2016 – 2017
Department of Clinical, Educational and Health Psychology, University College London, UK
Comfortable in our Own Skin: Oxytocin and Affective touch in Anorexia Nervosa
Recent studies suggest that primary sensorimotor signals, including both interoceptive (signals originating from within the organism) and exteroceptive (classic sensory systems) signals about the body, are integrated at different levels of the neurocognitive hierarchy to form distinct dimensions of the bodily self, including the sense of ‘body ownership’ and ‘body image’ (Gallagher, 2000; Blanke et al., 2015). Interestingly, while the issue of ‘body image’ (Schilder, 1935) as well as the clinical study of ‘eating disorders’ more generally has been of great interest in psychoanalysis, the role of touch in the development of the bodily self has been somehow neglected.
Clinical and developmental studies suggest that touch-based interventions such as massage and ‘skin-to-skin’ contact can have positive psychological and physical effects in preterm infants and children (Field et al., 2014 for a review) and in adult illness, such as Anorexia Nervosa (AN, Hart et al., 2001). AN is associated with both reduced pleasantness during affective tactile interactions (Crucianelli et al., 2016), and diminished release of oxytocin (Kaye, 1996). Therefore, it could be hypothesized that disturbances in the oxytocin system may also play a role in body representation disturbances, including interoceptive and emotional aspects (e.g. bodily pleasure, sense of body ownership) and exteroceptive components (e.g. body image).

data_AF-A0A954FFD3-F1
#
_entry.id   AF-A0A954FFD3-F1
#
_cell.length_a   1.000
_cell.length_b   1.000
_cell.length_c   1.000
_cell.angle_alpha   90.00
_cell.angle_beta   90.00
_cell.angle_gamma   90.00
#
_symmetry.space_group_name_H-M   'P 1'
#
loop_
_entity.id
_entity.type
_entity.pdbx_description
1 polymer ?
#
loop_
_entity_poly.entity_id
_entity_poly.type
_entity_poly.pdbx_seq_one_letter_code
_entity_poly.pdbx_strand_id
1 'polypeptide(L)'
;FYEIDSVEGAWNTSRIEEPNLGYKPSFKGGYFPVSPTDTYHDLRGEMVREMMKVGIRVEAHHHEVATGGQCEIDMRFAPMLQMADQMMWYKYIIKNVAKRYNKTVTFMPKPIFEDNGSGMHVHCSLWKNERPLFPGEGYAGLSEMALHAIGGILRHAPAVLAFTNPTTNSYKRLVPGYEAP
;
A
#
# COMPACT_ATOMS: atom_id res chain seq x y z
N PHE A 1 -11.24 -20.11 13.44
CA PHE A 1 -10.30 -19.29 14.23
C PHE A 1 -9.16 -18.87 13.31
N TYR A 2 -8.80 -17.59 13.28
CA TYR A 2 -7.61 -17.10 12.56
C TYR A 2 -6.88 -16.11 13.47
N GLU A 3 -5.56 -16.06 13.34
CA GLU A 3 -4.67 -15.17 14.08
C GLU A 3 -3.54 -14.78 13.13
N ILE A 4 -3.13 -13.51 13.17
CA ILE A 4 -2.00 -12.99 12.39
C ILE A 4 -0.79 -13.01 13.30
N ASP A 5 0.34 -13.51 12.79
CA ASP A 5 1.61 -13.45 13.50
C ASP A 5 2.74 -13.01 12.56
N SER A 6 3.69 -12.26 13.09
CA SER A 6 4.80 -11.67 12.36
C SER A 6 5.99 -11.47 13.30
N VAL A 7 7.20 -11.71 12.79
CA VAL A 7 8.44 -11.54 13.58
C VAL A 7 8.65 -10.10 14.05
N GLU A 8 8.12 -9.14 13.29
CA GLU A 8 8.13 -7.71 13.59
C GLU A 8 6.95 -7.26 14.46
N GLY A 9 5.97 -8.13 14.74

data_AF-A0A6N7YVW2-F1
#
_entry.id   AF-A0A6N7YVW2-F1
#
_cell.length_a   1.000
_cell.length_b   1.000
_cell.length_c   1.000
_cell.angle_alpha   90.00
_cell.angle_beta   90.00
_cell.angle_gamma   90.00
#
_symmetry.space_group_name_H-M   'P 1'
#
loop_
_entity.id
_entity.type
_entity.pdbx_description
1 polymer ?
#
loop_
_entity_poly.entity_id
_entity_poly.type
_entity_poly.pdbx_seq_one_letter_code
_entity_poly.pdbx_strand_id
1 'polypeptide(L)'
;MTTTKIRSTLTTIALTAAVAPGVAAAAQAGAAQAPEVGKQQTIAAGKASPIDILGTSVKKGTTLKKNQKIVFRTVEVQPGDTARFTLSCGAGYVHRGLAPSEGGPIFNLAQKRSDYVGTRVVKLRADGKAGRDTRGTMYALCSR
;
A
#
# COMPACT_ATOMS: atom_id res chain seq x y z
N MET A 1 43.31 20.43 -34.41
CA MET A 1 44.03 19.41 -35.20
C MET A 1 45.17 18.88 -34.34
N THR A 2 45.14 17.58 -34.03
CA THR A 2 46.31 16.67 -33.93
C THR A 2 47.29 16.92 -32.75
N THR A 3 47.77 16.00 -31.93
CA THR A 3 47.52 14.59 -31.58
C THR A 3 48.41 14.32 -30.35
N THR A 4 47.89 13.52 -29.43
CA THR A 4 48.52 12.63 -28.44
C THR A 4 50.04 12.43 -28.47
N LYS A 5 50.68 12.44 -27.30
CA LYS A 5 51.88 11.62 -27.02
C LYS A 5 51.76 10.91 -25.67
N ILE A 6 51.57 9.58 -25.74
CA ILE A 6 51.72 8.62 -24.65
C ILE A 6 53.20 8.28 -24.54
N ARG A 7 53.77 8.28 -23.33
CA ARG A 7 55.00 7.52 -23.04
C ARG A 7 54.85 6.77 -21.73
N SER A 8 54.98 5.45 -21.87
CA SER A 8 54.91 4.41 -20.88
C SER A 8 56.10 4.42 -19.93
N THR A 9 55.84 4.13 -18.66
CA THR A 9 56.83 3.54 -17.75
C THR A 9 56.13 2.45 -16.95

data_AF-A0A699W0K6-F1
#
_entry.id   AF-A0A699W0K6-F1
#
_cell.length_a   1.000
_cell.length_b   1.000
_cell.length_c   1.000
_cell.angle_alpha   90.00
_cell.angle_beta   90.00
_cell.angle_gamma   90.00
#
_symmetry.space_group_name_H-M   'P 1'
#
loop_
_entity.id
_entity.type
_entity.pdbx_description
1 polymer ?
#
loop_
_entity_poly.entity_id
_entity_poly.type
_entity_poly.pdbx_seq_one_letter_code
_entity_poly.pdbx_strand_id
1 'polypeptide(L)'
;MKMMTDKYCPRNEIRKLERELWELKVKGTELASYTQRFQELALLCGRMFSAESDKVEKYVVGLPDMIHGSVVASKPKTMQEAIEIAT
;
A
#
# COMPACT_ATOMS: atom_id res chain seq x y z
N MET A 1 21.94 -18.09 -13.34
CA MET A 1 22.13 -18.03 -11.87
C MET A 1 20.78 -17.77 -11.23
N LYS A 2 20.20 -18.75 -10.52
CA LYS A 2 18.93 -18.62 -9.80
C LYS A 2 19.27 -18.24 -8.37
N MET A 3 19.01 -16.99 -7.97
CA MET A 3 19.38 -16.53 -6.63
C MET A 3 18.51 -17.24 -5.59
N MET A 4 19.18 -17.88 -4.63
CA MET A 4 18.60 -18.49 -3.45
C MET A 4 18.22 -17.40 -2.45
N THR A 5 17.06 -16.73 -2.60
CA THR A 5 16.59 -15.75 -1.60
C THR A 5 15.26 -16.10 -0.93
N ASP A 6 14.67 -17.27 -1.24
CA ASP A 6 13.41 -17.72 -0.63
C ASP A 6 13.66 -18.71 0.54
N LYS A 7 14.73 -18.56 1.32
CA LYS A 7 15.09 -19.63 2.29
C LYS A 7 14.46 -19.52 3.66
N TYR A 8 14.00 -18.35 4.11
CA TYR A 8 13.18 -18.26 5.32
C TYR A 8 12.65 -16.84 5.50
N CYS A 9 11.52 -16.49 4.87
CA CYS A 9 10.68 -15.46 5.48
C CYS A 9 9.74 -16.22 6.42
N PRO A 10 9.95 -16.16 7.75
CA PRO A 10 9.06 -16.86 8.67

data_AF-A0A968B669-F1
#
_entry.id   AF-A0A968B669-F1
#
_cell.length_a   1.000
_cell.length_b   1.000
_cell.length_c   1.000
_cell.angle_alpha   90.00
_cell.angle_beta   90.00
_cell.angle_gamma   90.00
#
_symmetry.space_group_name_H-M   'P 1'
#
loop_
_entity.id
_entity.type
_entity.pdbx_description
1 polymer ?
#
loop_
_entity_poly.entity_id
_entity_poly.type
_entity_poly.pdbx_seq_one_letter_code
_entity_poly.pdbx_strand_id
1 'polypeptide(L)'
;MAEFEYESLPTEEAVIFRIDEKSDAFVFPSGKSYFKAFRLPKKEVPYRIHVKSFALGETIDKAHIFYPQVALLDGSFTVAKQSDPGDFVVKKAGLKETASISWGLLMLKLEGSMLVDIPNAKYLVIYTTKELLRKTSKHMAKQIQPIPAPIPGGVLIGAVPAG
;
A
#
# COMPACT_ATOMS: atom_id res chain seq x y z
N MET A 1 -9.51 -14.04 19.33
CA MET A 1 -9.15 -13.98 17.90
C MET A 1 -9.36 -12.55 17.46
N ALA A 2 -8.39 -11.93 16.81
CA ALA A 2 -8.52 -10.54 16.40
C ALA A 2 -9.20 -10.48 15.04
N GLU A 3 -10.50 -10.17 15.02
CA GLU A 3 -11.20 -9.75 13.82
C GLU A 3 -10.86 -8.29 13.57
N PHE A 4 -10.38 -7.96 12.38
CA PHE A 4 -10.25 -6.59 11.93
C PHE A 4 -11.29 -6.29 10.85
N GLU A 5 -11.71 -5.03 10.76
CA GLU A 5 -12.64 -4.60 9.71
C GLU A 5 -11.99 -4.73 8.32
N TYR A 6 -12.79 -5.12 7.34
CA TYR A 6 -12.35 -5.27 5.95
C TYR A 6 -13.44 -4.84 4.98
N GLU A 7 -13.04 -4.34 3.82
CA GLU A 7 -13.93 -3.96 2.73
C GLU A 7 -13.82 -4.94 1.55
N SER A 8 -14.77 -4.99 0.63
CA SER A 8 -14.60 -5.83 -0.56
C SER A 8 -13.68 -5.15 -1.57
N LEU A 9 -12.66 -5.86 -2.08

Neuroscientific research has recently specified the peripheral and central neurophysiological basis of affective touch. Some pleasant tactile sensations might be coded by specialized unmyelinated C tactile (CT) afferent fibers, found only in hairy skin (Johansson & Vallbo, 1979) and selectively responding to slow velocities stimulation (1–10 cm/s) (Löken et al., 2009). These fibers project to brain regions implicated in interoceptive processing, notably posterior insular cortex and orbitofrontal cortex (Craig, 2009; Björnsdotter et al., 2010). Therefore, examining the role of CT optimal touch affords several methodological advantages compared to the less understood ‘massage-like’ manipulations.
Accordingly, the proposed study aims to examine the role of CT-optimal touch on body representations in healthy volunteers and patients with AN, as well as the potentially mediating role of the oxytocin system. In accordance with some early, yet somewhat neglected theories in psychoanalysis (Schilder, 1935; Winnicot, 1972; Stern, 1985; Anzieu, 1989), such studies are able to provide empirical confirmation to the idea that the boundaries of our self are built upon caring, embodied interactions with our primary caregivers, the absence of which can lead to life-long struggles in feeling comfortable and confident within one’s own skin.
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